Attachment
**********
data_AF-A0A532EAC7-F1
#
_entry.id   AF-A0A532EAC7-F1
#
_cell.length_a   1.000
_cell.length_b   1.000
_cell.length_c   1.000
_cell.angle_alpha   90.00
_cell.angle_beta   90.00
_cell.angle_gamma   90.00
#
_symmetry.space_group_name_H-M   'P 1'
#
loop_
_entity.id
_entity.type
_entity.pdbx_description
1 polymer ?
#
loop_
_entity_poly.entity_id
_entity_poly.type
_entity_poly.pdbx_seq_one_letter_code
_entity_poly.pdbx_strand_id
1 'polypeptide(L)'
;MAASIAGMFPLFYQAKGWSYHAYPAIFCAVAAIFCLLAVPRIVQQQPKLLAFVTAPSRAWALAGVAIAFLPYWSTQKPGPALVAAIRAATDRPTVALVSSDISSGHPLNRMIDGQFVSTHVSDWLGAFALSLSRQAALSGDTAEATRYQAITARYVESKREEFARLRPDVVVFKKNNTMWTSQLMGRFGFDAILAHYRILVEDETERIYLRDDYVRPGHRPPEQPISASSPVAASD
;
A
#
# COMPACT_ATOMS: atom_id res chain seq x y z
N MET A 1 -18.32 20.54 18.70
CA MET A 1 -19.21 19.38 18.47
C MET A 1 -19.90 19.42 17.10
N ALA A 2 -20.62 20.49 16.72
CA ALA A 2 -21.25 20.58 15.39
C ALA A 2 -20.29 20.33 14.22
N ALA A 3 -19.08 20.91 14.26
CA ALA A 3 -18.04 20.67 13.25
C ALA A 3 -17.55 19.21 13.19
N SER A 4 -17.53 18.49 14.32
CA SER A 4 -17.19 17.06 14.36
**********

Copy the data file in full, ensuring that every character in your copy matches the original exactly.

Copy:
data_AF-A0A532EAC7-F1
#
_entry.id   AF-A0A532EAC7-F1
#
_cell.length_a   1.000
_cell.length_b   1.000
_cell.length_c   1.000
_cell.angle_alpha   90.00
_cell.angle_beta   90.00
_cell.angle_gamma   90.00
#
_symmetry.space_group_name_H-M   'P 1'
#
loop_
_entity.id
_entity.type
_entity.pdbx_description
1 polymer ?
#
loop_
_entity_poly.entity_id
_entity_poly.type
_entity_poly.pdbx_seq_one_letter_code
_entity_poly.pdbx_strand_id
1 'polypeptide(L)'
;MAASIAGMFPLFYQAKGWSYHAYPAIFCAVAAIFCLLAVPRIVQQQPKLLAFVTAPSRAWALAGVAIAFLPYWSTQKPGPALVAAIRAATDRPTVALVSSDISSGHPLNRMIDGQFVSTHVSDWLGAFALSLSRQAALSGDTAEATRYQAITARYVESKREEFARLRPDVVVFKKNNTMWTSQLMGRFGFDAILAHYRILVEDETERIYLRDDYVRPGHRPPEQPISASSPVAASD
;
A
#
# COMPACT_ATOMS: atom_id res chain seq x y z
N MET A 1 -18.32 20.54 18.70
CA MET A 1 -19.21 19.38 18.47
C MET A 1 -19.90 19.42 17.10
N ALA A 2 -20.62 20.49 16.72
CA ALA A 2 -21.25 20.58 15.39
C ALA A 2 -20.29 20.33 14.22
N ALA A 3 -19.08 20.91 14.26
CA ALA A 3 -18.04 20.67 13.25
C ALA A 3 -17.55 19.21 13.19
N SER A 4 -17.53 18.49 14.32
CA SER A 4 -17.19 17.06 14.36